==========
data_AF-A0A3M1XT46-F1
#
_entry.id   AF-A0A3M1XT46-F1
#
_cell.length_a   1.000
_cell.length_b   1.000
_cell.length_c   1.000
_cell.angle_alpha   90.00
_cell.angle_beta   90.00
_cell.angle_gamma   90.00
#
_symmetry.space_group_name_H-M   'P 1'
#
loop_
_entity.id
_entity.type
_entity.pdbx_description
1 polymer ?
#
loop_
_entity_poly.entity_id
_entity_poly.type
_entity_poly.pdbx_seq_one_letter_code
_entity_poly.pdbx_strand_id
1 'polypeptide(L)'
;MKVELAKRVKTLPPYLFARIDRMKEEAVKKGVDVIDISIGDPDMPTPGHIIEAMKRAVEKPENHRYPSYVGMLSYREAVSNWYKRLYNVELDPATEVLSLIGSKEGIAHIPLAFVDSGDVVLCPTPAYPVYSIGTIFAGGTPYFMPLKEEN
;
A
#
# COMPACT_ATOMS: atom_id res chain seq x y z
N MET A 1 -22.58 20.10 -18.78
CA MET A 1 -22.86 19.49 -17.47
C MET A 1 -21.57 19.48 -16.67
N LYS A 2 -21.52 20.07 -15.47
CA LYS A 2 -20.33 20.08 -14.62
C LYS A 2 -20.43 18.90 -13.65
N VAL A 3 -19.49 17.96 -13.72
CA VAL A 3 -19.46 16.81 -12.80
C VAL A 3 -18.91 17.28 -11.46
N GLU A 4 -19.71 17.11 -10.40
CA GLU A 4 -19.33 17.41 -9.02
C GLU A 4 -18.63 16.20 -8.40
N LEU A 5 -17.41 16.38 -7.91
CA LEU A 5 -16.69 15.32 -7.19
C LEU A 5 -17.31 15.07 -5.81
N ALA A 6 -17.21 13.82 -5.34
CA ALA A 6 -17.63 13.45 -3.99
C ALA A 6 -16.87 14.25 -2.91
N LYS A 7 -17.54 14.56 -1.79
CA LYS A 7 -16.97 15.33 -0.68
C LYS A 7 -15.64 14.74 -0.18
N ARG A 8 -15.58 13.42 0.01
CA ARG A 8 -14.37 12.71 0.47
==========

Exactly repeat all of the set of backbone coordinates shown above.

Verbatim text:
data_AF-A0A3M1XT46-F1
#
_entry.id   AF-A0A3M1XT46-F1
#
_cell.length_a   1.000
_cell.length_b   1.000
_cell.length_c   1.000
_cell.angle_alpha   90.00
_cell.angle_beta   90.00
_cell.angle_gamma   90.00
#
_symmetry.space_group_name_H-M   'P 1'
#
loop_
_entity.id
_entity.type
_entity.pdbx_description
1 polymer ?
#
loop_
_entity_poly.entity_id
_entity_poly.type
_entity_poly.pdbx_seq_one_letter_code
_entity_poly.pdbx_strand_id
1 'polypeptide(L)'
;MKVELAKRVKTLPPYLFARIDRMKEEAVKKGVDVIDISIGDPDMPTPGHIIEAMKRAVEKPENHRYPSYVGMLSYREAVSNWYKRLYNVELDPATEVLSLIGSKEGIAHIPLAFVDSGDVVLCPTPAYPVYSIGTIFAGGTPYFMPLKEEN
;
A
#
# COMPACT_ATOMS: atom_id res chain seq x y z
N MET A 1 -22.58 20.10 -18.78
CA MET A 1 -22.86 19.49 -17.47
C MET A 1 -21.57 19.48 -16.67
N LYS A 2 -21.52 20.07 -15.47
CA LYS A 2 -20.33 20.08 -14.62
C LYS A 2 -20.43 18.90 -13.65
N VAL A 3 -19.49 17.96 -13.72
CA VAL A 3 -19.46 16.81 -12.80
C VAL A 3 -18.91 17.28 -11.46
N GLU A 4 -19.71 17.11 -10.40
CA GLU A 4 -19.33 17.41 -9.02
C GLU A 4 -18.63 16.20 -8.40
N LEU A 5 -17.41 16.38 -7.91
CA LEU A 5 -16.69 15.32 -7.19
C LEU A 5 -17.31 15.07 -5.81
N ALA A 6 -17.21 13.82 -5.34
CA ALA A 6 -17.63 13.45 -3.99
C ALA A 6 -16.87 14.25 -2.91
N LYS A 7 -17.54 14.56 -1.79
CA LYS A 7 -16.97 15.33 -0.68
C LYS A 7 -15.64 14.74 -0.18
N ARG A 8 -15.58 13.42 0.01
CA ARG A 8 -14.37 12.71 0.47